Strikes And Productivity

How do strikes affect productivity?
Who Wins?
Who Loses?

The General Motors / United Auto Workers contract provides a dynamic window into these issues.

[Detroit] will have to deliver on their promises that they can create a New Detroit, with lower costs, leaner and more efficient factories and,most important, can build vehicles that more consumers want to buy.

With U.A.W. Accord, G.M. Looks to a New Detroit

The New York Times
September 27, 2007

For a generation, executives at the Detroit auto companies have complained that the huge cost of providing generous benefits for its unionized workers put them at a competitive disadvantage with surging foreign car companies like Toyota and Honda.

Now, with a new contract agreement with the United Automobile Workers reached before dawn yesterday, General Motors has taken a momentous step toward eliminating much of that burden, a step likely to be followed by Ford Motor and Chrysler.

The contract’s main feature — a health care trust called a voluntary employee benefit association, or VEBA — means that G.M. will no longer have to carry the debt it will owe for employee and retiree health care benefits on its books. Earlier this year, G.M.’s chief executive, Rick Wagoner, referred to those obligations as “very large and frankly formidable.”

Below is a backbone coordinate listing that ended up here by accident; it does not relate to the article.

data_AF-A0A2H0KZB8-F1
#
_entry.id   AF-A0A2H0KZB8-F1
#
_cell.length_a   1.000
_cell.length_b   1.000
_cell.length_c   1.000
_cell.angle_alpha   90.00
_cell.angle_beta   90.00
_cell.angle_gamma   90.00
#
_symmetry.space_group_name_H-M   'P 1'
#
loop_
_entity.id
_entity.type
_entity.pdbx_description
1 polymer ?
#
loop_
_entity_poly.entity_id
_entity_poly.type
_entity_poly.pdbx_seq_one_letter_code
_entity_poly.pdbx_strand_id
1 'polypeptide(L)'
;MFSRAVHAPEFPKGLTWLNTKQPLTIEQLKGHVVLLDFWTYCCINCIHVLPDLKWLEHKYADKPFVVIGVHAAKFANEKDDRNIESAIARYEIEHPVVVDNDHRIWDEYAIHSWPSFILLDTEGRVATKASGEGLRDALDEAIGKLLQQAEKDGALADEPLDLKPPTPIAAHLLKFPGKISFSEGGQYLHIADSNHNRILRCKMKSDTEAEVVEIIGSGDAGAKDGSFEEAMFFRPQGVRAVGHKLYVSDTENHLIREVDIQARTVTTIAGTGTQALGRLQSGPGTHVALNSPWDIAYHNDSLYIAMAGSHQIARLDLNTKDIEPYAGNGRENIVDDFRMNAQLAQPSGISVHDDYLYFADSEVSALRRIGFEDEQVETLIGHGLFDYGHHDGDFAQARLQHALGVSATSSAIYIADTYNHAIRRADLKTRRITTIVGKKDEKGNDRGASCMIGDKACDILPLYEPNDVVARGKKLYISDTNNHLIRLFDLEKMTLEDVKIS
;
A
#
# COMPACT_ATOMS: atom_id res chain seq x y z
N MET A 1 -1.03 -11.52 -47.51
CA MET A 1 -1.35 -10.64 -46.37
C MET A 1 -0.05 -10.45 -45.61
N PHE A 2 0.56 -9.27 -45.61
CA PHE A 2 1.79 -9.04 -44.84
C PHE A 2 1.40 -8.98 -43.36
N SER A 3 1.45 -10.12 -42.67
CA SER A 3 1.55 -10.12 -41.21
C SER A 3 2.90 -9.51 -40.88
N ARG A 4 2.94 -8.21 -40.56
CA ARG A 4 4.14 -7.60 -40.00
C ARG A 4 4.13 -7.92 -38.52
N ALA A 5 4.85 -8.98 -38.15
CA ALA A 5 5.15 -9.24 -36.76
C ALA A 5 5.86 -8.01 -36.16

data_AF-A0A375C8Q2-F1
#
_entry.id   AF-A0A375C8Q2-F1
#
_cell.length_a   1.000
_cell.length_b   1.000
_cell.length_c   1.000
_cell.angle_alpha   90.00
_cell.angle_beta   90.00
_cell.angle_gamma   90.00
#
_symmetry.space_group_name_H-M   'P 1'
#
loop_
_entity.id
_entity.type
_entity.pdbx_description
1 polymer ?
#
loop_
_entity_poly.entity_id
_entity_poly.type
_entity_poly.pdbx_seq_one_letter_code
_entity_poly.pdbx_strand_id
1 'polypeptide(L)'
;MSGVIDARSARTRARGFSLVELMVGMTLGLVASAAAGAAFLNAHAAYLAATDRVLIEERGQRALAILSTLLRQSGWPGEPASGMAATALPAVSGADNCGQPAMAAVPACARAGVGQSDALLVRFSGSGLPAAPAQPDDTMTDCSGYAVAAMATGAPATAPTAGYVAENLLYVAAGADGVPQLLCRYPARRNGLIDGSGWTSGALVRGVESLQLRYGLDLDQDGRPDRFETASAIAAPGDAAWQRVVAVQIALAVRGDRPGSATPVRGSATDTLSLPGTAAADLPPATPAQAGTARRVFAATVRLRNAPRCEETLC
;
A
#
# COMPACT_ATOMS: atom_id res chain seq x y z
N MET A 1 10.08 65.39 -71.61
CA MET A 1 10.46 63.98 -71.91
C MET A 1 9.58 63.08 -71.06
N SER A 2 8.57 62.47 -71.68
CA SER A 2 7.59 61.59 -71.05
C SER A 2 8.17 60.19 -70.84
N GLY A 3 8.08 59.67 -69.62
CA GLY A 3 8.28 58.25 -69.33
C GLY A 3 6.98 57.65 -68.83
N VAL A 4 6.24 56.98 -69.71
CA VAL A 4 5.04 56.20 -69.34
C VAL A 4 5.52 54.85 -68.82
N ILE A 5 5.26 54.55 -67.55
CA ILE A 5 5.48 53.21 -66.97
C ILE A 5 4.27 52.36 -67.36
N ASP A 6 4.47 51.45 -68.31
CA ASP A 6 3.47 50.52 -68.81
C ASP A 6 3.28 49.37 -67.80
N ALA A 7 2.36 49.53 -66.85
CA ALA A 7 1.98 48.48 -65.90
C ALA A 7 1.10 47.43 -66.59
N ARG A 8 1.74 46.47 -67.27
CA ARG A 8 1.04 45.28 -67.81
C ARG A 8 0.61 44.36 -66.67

That debt is estimated at $55 billion for the next 80 years. So G.M. will establish the trust with about 70 percent of that amount, making an upfront payment of cash, stock and other assets. The difference is expected to come from gains on investments by the trust.

In return, the union won guarantees that medical benefits for hourly workers and retirees and their families will remain in place for the next two years. G.M. will also invest money in its American plants, and will maintain its current union work force of 73,000, according to Ron Gettelfinger, the U.A.W. president.

“It’s a big step forward in dealing with this problem that’s been quite intractable,” said John Paul MacDuffie, a management professor at the Wharton School of the University of Pennsylvania.

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